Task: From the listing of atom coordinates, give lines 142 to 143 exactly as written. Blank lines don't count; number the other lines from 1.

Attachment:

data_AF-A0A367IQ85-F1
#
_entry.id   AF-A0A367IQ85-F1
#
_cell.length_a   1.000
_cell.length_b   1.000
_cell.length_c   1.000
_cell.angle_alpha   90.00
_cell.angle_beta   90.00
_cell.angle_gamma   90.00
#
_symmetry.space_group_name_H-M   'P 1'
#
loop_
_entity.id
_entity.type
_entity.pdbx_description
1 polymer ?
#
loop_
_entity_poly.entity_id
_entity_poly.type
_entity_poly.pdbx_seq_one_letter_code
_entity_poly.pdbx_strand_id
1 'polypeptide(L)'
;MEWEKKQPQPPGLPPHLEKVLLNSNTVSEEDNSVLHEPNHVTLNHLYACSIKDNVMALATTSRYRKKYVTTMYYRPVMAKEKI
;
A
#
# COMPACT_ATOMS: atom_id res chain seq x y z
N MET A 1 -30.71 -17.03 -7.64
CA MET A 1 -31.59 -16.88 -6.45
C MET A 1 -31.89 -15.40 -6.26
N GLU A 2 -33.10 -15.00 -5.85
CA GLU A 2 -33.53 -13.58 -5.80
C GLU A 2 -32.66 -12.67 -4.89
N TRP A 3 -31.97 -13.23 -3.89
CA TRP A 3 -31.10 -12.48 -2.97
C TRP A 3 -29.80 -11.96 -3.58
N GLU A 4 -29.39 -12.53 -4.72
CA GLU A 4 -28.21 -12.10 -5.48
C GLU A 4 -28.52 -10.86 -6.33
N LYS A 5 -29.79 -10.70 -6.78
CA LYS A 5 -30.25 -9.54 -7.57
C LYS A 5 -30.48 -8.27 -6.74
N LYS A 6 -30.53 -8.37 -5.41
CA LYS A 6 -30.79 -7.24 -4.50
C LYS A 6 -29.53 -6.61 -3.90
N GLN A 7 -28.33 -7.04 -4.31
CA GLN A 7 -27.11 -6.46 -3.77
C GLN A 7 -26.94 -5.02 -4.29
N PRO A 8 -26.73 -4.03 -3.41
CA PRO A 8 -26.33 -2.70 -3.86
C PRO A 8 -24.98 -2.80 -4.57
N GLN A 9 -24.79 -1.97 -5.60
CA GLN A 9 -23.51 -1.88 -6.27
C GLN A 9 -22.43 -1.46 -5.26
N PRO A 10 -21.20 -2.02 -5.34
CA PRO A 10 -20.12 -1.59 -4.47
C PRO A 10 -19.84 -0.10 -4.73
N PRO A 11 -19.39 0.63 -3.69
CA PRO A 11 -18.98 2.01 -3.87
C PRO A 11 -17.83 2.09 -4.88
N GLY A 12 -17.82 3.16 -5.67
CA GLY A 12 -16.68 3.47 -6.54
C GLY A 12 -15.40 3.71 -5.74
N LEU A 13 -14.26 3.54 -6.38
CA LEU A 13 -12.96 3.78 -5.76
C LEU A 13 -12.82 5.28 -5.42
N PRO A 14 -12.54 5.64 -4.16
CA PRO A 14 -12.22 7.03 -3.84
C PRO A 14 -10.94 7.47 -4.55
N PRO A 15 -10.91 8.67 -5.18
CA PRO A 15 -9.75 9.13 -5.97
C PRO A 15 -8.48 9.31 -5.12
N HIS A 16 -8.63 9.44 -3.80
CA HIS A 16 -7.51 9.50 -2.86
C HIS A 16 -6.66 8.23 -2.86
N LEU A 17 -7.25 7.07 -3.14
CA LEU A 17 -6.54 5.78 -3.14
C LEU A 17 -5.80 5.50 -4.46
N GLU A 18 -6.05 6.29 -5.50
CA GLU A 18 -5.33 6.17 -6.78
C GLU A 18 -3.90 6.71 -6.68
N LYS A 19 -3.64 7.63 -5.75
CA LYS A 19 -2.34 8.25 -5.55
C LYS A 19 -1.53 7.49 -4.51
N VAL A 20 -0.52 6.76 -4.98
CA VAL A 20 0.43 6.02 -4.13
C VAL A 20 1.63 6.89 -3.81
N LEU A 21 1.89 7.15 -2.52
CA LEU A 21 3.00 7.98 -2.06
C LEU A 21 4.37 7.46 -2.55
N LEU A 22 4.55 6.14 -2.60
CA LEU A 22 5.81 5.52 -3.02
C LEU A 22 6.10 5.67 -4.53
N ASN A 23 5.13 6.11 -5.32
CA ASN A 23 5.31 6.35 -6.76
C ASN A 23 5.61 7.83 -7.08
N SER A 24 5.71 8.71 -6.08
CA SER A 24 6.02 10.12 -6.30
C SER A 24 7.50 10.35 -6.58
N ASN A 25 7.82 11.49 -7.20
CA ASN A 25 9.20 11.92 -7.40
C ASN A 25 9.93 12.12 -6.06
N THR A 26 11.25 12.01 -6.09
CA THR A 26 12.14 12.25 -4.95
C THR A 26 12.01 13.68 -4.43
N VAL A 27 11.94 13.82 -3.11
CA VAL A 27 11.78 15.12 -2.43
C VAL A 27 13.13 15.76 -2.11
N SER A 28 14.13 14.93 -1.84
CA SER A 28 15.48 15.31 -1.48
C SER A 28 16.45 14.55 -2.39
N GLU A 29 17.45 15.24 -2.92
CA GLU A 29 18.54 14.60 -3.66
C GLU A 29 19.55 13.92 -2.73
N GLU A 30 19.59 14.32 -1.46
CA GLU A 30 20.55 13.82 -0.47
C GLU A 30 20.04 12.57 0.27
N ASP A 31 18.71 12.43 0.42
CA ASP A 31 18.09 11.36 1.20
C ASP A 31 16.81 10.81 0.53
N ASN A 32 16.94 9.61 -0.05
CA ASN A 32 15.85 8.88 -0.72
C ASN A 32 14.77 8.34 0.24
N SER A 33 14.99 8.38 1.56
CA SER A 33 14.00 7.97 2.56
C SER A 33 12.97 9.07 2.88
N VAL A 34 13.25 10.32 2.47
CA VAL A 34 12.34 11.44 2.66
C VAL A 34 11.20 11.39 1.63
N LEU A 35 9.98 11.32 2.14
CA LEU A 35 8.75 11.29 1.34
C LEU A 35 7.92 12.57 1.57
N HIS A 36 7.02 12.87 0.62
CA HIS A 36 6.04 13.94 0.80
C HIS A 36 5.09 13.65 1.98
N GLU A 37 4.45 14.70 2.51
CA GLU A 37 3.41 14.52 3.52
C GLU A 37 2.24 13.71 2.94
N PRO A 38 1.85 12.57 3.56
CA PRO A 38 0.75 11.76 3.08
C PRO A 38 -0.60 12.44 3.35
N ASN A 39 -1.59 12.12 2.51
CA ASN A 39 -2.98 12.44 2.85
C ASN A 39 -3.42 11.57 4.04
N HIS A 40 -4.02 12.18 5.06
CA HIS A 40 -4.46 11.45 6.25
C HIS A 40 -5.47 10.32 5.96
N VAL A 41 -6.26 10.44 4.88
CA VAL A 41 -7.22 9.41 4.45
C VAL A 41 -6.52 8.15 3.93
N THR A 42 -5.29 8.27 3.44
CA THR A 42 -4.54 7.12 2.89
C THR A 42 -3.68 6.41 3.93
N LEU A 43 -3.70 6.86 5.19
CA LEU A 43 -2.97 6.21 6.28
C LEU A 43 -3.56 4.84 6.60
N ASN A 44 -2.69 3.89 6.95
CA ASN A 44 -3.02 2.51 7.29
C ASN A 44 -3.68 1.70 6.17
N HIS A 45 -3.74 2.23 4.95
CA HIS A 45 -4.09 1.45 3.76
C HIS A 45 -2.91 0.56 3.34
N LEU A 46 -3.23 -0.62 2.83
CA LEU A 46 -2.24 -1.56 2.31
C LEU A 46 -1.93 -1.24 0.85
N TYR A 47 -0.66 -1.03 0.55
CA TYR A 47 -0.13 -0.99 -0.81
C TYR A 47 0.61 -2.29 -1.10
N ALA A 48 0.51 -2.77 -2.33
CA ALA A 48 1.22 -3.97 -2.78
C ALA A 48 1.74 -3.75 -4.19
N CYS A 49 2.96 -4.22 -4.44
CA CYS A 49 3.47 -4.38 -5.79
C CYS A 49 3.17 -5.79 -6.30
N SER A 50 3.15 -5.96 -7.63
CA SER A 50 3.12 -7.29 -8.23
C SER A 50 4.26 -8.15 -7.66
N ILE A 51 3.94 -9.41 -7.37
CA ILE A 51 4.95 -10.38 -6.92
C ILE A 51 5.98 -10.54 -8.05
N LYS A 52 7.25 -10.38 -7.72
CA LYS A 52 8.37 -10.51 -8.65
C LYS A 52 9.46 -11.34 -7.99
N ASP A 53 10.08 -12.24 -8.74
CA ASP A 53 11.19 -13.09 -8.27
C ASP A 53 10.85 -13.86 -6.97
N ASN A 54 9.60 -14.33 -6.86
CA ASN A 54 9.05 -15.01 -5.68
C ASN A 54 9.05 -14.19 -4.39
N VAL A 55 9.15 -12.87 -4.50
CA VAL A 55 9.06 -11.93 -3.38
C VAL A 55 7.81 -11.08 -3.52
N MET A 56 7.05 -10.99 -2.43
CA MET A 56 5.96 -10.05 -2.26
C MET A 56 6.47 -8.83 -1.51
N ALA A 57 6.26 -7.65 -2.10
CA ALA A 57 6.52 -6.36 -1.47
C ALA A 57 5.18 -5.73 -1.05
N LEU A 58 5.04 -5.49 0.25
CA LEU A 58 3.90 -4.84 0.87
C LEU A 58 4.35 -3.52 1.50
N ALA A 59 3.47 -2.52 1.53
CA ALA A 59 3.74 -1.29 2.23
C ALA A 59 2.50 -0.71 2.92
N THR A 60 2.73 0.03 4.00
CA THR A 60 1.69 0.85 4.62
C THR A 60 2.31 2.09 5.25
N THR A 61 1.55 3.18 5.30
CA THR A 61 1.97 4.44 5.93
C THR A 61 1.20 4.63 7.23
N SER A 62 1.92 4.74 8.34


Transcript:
N PRO A 38 1.85 12.57 3.56
CA PRO A 38 0.75 11.76 3.08